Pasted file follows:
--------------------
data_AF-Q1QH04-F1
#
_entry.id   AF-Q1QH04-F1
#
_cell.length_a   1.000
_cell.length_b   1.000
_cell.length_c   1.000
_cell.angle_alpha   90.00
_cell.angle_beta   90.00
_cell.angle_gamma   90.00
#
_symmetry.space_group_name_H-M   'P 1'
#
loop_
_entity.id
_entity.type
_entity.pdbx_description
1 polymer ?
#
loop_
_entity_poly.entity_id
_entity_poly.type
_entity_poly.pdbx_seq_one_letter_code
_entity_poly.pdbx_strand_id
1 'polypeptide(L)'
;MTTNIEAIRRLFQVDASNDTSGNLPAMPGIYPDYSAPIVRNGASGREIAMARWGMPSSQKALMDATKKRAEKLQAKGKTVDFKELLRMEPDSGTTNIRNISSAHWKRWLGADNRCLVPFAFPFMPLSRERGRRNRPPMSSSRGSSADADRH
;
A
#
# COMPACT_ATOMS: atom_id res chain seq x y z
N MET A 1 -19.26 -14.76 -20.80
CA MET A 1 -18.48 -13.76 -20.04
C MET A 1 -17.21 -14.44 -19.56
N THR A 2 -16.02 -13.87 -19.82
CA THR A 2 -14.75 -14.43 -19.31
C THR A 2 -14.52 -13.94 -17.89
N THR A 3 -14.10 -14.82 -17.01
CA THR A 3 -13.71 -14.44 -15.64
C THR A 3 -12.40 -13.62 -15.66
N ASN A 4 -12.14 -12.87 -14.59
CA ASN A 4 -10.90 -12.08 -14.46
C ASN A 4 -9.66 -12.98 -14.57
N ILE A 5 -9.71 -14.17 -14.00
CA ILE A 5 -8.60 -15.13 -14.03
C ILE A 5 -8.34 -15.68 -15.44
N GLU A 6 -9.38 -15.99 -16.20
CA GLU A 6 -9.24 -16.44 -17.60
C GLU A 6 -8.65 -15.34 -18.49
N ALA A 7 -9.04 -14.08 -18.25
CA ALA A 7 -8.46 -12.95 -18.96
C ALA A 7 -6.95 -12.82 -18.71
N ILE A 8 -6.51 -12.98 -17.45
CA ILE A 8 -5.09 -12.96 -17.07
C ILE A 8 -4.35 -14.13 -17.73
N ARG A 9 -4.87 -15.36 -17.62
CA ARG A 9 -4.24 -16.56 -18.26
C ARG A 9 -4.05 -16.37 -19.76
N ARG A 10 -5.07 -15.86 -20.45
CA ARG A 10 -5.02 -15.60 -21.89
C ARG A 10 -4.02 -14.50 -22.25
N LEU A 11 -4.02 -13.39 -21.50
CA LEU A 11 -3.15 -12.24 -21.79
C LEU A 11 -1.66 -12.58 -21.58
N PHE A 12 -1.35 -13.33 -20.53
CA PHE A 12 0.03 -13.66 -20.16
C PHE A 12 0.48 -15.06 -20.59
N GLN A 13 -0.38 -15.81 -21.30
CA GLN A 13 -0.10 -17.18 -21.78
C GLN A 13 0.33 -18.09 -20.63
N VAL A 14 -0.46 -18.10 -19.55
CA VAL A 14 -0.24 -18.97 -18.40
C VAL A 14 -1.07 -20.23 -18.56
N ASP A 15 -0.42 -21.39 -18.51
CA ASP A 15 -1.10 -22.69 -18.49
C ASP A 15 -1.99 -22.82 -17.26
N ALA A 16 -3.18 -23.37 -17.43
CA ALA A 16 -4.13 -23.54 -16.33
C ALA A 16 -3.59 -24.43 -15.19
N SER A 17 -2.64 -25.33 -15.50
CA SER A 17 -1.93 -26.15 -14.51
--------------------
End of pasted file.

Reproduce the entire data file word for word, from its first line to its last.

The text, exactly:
data_AF-Q1QH04-F1
#
_entry.id   AF-Q1QH04-F1
#
_cell.length_a   1.000
_cell.length_b   1.000
_cell.length_c   1.000
_cell.angle_alpha   90.00
_cell.angle_beta   90.00
_cell.angle_gamma   90.00
#
_symmetry.space_group_name_H-M   'P 1'
#
loop_
_entity.id
_entity.type
_entity.pdbx_description
1 polymer ?
#
loop_
_entity_poly.entity_id
_entity_poly.type
_entity_poly.pdbx_seq_one_letter_code
_entity_poly.pdbx_strand_id
1 'polypeptide(L)'
;MTTNIEAIRRLFQVDASNDTSGNLPAMPGIYPDYSAPIVRNGASGREIAMARWGMPSSQKALMDATKKRAEKLQAKGKTVDFKELLRMEPDSGTTNIRNISSAHWKRWLGADNRCLVPFAFPFMPLSRERGRRNRPPMSSSRGSSADADRH
;
A
#
# COMPACT_ATOMS: atom_id res chain seq x y z
N MET A 1 -19.26 -14.76 -20.80
CA MET A 1 -18.48 -13.76 -20.04
C MET A 1 -17.21 -14.44 -19.56
N THR A 2 -16.02 -13.87 -19.82
CA THR A 2 -14.75 -14.43 -19.31
C THR A 2 -14.52 -13.94 -17.89
N THR A 3 -14.10 -14.82 -17.01
CA THR A 3 -13.71 -14.44 -15.64
C THR A 3 -12.40 -13.62 -15.66
N ASN A 4 -12.14 -12.87 -14.59
CA ASN A 4 -10.90 -12.08 -14.46
C ASN A 4 -9.66 -12.98 -14.57
N ILE A 5 -9.71 -14.17 -14.00
CA ILE A 5 -8.60 -15.13 -14.03
C ILE A 5 -8.34 -15.68 -15.44
N GLU A 6 -9.38 -15.99 -16.20
CA GLU A 6 -9.24 -16.44 -17.60
C GLU A 6 -8.65 -15.34 -18.49
N ALA A 7 -9.04 -14.08 -18.25
CA ALA A 7 -8.46 -12.95 -18.96
C ALA A 7 -6.95 -12.82 -18.71
N ILE A 8 -6.51 -12.98 -17.45
CA ILE A 8 -5.09 -12.96 -17.07
C ILE A 8 -4.35 -14.13 -17.73
N ARG A 9 -4.87 -15.36 -17.62
CA ARG A 9 -4.24 -16.56 -18.26
C ARG A 9 -4.05 -16.37 -19.76
N ARG A 10 -5.07 -15.86 -20.45
CA ARG A 10 -5.02 -15.60 -21.89
C ARG A 10 -4.02 -14.50 -22.25
N LEU A 11 -4.02 -13.39 -21.50
CA LEU A 11 -3.15 -12.24 -21.79
C LEU A 11 -1.66 -12.58 -21.58
N PHE A 12 -1.35 -13.33 -20.53
CA PHE A 12 0.03 -13.66 -20.16
C PHE A 12 0.48 -15.06 -20.59
N GLN A 13 -0.38 -15.81 -21.30
CA GLN A 13 -0.10 -17.18 -21.78
C GLN A 13 0.33 -18.09 -20.63
N VAL A 14 -0.46 -18.10 -19.55
CA VAL A 14 -0.24 -18.97 -18.40
C VAL A 14 -1.07 -20.23 -18.56
N ASP A 15 -0.42 -21.39 -18.51
CA ASP A 15 -1.10 -22.69 -18.49
C ASP A 15 -1.99 -22.82 -17.26
N ALA A 16 -3.18 -23.37 -17.43
CA ALA A 16 -4.13 -23.54 -16.33
C ALA A 16 -3.59 -24.43 -15.19
N SER A 17 -2.64 -25.33 -15.50
CA SER A 17 -1.93 -26.15 -14.51